This showed itself in a number of ways. In the big public cities like Colchester, London, you might think that the abandonment of the public spaces meant the collapse of the city into ruin and decay, the end of a civilisation, like Charlton Heston kneeling before the statue of Liberty on the beach. But in fact not – chaos was not the result – there was still plenty of new building in the cities. But whereas once the buildings had been packed tight with traders and shops, now they had become rather elegant. Large, spacious villas with big gardens and impressive rooms now took up the space left by the forum,= and other public spaces and the shops of the old traders. What in fact had happened was that the big cities had become the place where imperial administrators and tax collectors lived and worked; cities for the affluent bureaucrat.
In the countryside, new villas were being built, or existing ones expanded or improved, the vast majority in lowland Britain close to those big public cities. They were owned by a new local, British elite. The villas are often massive, elaborate structures, with big audience halls designed to greet dependants and tenants in the grandest possible way; entertainment rooms for important guests and allies, with luxurious mosaics, created on classical and pagan themes, designed to impress visitors with their wealth, erudition and sophistication; big gardens and parks.
What was happening here is that a new Romano British elite and oligarchy was emerging, cashing in on the new style economy. The new villas show plenty of evidence of a new social stratification going on as this British elite emerged, with large rural villas, or these new impressive villas in the old public towns where once public spaces used to be. So the big cities didn’t die – but they were no longer driving the economy.
As the economy broadened, small towns grew in importance. These had been insignificant in the classical economy, but now they grew or new ones appeared, driven organically by the needs of the economy, embedded in the local agriculture, trade and manufacturing. They are modestly Roman, if there is such a thing as a scale of romanity, with a kind of mix of classical and local architectural styles, with local temples and religious sites. There might be a Roman presence; but it would have been limited to the housing of a few local officials, or a state granary, or a collection point for tax in-kind. They look medieval in character – strips of land, with a frontage onto the street, a workshop and cobbled yard behind, and a long tenement behind with room to grow food. The small town played a vital part in the 4th century economy, turning agricultural produce into taxes and manufactured goods, and distributing products to native peasants and farmers, newly seduced by the rather hybrid British version of Roman culture.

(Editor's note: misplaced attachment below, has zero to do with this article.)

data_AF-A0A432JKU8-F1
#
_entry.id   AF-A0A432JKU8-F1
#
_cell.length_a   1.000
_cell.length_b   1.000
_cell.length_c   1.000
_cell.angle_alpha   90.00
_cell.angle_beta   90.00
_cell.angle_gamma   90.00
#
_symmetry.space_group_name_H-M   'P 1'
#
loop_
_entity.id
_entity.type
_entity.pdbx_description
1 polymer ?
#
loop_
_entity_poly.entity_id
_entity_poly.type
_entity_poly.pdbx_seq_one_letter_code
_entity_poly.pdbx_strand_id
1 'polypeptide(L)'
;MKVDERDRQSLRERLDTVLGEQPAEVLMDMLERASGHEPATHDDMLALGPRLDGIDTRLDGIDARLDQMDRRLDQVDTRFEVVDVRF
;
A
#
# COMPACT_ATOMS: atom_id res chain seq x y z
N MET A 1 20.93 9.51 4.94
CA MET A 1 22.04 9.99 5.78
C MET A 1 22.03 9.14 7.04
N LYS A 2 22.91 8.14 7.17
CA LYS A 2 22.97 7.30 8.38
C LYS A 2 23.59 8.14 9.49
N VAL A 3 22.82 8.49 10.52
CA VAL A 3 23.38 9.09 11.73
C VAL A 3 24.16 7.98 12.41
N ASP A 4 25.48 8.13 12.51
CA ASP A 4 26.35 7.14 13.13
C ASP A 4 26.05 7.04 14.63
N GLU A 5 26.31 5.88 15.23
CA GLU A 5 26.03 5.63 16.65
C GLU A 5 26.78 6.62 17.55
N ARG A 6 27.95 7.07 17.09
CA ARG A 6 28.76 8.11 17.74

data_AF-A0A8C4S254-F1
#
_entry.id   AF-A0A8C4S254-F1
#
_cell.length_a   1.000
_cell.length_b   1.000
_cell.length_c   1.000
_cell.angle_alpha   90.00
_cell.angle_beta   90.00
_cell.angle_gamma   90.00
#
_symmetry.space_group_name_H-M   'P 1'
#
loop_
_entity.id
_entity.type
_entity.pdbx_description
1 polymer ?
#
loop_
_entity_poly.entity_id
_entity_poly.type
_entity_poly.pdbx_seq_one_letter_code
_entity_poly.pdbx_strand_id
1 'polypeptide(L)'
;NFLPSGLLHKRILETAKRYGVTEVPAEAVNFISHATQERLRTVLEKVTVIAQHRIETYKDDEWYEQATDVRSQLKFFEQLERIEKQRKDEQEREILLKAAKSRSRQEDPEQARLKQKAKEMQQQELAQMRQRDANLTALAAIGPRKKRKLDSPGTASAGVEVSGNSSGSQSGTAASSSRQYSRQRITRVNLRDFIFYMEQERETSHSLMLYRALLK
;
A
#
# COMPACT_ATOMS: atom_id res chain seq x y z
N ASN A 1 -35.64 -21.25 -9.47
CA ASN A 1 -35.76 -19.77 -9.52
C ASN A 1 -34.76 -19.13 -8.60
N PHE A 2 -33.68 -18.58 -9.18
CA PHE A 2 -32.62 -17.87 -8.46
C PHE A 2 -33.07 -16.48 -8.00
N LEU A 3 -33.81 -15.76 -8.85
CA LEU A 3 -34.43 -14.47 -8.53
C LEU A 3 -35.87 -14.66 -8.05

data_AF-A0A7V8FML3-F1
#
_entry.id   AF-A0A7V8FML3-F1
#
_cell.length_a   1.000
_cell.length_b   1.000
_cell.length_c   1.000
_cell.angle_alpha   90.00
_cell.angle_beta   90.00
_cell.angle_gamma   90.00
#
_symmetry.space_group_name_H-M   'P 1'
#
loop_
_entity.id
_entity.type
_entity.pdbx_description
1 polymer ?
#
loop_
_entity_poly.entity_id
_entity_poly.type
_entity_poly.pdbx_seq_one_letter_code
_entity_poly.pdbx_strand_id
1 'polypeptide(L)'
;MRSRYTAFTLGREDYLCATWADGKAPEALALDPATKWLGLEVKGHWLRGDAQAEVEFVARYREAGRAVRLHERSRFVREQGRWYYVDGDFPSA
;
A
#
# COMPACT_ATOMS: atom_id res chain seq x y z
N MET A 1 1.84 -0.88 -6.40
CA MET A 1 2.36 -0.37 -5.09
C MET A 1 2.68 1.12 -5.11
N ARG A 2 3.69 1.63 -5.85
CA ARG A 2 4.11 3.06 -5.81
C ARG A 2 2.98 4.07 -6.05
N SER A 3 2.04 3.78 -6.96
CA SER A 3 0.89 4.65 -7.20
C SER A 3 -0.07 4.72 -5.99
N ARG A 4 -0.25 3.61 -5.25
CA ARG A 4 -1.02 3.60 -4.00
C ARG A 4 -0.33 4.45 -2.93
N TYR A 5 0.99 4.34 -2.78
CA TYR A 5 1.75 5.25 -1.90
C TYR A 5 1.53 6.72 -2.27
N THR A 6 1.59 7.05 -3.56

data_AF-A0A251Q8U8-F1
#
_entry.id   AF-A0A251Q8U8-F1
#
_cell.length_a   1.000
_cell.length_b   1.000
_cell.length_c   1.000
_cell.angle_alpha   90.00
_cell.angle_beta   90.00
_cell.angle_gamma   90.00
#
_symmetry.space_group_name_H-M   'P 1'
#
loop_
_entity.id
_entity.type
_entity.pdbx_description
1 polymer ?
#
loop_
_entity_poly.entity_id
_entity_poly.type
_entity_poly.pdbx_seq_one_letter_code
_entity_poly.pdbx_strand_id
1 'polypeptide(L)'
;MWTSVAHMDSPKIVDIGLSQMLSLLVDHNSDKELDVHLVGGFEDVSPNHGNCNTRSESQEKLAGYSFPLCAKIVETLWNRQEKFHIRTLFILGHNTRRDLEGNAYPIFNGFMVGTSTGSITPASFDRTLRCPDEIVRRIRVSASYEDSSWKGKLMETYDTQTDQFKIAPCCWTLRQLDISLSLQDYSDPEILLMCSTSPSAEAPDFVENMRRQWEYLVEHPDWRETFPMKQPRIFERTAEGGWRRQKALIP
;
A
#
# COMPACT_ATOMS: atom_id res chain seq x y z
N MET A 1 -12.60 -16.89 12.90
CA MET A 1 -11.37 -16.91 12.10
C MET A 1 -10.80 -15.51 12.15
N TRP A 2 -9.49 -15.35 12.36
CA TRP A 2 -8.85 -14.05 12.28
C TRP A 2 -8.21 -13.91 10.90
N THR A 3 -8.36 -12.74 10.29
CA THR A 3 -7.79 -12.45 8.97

Meanwhile, investment in the countryside drove improved agricultural production and manufacturing, and often helped crop yields to improve. Heavier ploughs and imported ploughing animals were brought in to cultivate more difficult but still productive soils. Smaller farmers were also part of these changes, were able to run a small surplus to buy themselves a share in the Roman way of life, eating food that was very much part of Roman culture rather than British at the time – archaeological remains show these small farmers eating Coriander, apples, and using new styles of butchery used on the continent.
So all of this meant that between 290 and 360, Britain had achieved a new equilibrium, and actually hit the high point of Romano British culture. The economy was smaller than before, but it was more inclusive, more widely based on mass production, a network of local markets and a low value currency. It had spread Roman culture far more deeply in British society than before – from a new Romano British elite, to small towns and peasant farmsteads.
Now, if you were of an argumentative disposition, you might poke me firmly in the chest and point out that all of this construct is built on the most confusing array of archaeological evidence. And you would be right to so poke, but I would respond by pointing out that this experience was not unique to Britain; all over the empire, localised roman societies were developing as the Empire changed. This was even true of Italy itself – Ostia, the great port of Rome, had changed from economic powerhouse, to a city populated by large, pleasant estates – just as had happened to London.
So far so good then; the shattering of the classical economy had been non optimal, granted, but we were back in a good place, or relatively good. Archaeological evidence from burial sites forms a very large part of the evidence during our period of study, so you might be much diverted by the study of the cemetery at a place called Poundbury in Dorset on the south coast. The cemetery used to serve the Roman town of Dorchester. The excavations revealed a population from the 4th century, so it tells us something of what life was like, at least to some degree.